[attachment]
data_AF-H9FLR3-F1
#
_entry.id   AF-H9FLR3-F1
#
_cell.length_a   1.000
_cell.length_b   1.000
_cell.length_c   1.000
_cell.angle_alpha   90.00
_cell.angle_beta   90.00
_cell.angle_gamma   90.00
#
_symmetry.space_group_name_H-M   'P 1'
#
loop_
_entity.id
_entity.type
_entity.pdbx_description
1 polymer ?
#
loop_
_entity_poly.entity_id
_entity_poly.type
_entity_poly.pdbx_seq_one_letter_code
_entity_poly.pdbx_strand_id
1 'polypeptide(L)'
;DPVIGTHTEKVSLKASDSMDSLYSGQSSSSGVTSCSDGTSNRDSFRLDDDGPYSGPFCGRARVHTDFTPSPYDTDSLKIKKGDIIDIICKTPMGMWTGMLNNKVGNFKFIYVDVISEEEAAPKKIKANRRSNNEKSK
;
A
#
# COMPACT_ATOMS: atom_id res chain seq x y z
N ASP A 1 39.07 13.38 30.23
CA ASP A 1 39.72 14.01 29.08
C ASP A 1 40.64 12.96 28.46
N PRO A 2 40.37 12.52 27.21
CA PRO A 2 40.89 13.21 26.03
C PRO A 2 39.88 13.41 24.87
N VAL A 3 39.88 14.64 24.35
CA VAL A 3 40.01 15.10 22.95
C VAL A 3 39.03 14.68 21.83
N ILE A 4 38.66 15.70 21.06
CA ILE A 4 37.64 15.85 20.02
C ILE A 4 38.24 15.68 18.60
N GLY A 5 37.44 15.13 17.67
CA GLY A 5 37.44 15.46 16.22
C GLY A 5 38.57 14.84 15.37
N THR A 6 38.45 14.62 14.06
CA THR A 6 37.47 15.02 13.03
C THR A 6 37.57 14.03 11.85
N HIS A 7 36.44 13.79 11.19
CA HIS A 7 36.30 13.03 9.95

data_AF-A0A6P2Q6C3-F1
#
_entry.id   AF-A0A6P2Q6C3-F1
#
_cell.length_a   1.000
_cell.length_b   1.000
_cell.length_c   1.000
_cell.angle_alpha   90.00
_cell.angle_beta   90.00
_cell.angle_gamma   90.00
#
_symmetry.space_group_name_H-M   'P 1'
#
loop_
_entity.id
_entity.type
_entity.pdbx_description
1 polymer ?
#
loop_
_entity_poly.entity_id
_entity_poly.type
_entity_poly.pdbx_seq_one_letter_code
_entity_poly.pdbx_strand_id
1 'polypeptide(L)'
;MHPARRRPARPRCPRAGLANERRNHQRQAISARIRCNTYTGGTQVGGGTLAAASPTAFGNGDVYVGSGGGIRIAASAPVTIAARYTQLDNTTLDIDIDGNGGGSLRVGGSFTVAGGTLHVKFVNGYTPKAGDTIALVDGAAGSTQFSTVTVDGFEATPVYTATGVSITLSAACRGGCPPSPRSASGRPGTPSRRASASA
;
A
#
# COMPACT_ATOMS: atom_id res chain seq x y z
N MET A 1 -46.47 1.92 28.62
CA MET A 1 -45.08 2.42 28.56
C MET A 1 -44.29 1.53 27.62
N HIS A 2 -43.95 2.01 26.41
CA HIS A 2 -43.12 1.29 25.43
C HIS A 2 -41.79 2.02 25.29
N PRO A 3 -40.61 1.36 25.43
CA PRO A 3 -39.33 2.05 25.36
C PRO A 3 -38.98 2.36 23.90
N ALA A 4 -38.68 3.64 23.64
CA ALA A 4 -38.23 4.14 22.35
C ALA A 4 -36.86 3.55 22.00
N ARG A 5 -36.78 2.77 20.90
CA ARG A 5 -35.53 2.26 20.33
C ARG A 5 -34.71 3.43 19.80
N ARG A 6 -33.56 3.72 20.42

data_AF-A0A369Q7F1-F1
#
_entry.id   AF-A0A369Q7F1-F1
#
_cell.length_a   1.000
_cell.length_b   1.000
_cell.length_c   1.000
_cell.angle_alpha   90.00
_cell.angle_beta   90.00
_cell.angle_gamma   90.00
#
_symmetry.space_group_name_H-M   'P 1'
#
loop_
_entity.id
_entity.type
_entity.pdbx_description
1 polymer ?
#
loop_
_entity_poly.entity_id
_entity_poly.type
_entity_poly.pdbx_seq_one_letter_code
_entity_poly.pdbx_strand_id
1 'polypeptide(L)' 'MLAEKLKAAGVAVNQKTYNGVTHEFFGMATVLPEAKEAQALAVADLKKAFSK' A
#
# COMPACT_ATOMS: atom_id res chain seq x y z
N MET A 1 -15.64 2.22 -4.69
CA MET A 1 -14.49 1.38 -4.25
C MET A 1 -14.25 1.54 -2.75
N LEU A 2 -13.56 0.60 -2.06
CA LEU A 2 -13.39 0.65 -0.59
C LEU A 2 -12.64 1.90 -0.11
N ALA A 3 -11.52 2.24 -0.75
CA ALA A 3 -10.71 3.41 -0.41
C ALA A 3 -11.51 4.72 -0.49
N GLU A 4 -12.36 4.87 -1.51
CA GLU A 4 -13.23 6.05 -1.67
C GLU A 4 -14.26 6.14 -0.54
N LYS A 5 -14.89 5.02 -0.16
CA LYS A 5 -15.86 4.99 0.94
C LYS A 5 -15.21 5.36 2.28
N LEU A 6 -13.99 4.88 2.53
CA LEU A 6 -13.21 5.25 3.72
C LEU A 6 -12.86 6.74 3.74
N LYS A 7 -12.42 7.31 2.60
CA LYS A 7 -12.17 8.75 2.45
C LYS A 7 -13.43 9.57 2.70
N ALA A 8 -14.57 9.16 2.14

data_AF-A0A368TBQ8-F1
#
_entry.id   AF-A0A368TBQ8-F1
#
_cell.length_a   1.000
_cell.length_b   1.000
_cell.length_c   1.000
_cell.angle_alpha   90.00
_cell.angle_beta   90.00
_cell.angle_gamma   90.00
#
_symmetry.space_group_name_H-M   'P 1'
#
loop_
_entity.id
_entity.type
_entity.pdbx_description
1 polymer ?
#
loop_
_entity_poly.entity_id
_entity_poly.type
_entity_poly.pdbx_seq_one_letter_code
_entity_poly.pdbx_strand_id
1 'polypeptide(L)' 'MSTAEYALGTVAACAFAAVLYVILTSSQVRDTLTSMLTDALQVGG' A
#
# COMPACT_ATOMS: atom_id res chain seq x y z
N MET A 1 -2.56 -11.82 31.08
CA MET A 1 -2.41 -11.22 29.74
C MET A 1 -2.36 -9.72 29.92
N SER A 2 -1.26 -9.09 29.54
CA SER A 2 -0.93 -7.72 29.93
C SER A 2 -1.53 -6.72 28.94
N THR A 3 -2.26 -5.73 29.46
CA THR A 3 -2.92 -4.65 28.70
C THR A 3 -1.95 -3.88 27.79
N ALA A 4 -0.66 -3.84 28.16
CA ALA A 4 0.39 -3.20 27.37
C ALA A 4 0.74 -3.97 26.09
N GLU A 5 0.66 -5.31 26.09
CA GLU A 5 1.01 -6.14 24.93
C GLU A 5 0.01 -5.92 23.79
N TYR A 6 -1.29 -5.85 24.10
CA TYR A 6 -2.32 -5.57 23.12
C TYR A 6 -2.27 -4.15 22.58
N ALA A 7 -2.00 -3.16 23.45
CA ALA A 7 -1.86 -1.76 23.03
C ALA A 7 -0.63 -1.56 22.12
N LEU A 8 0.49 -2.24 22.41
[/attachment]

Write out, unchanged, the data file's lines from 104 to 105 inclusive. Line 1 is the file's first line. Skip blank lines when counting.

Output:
_cell.angle_alpha   90.00
_cell.angle_beta   90.00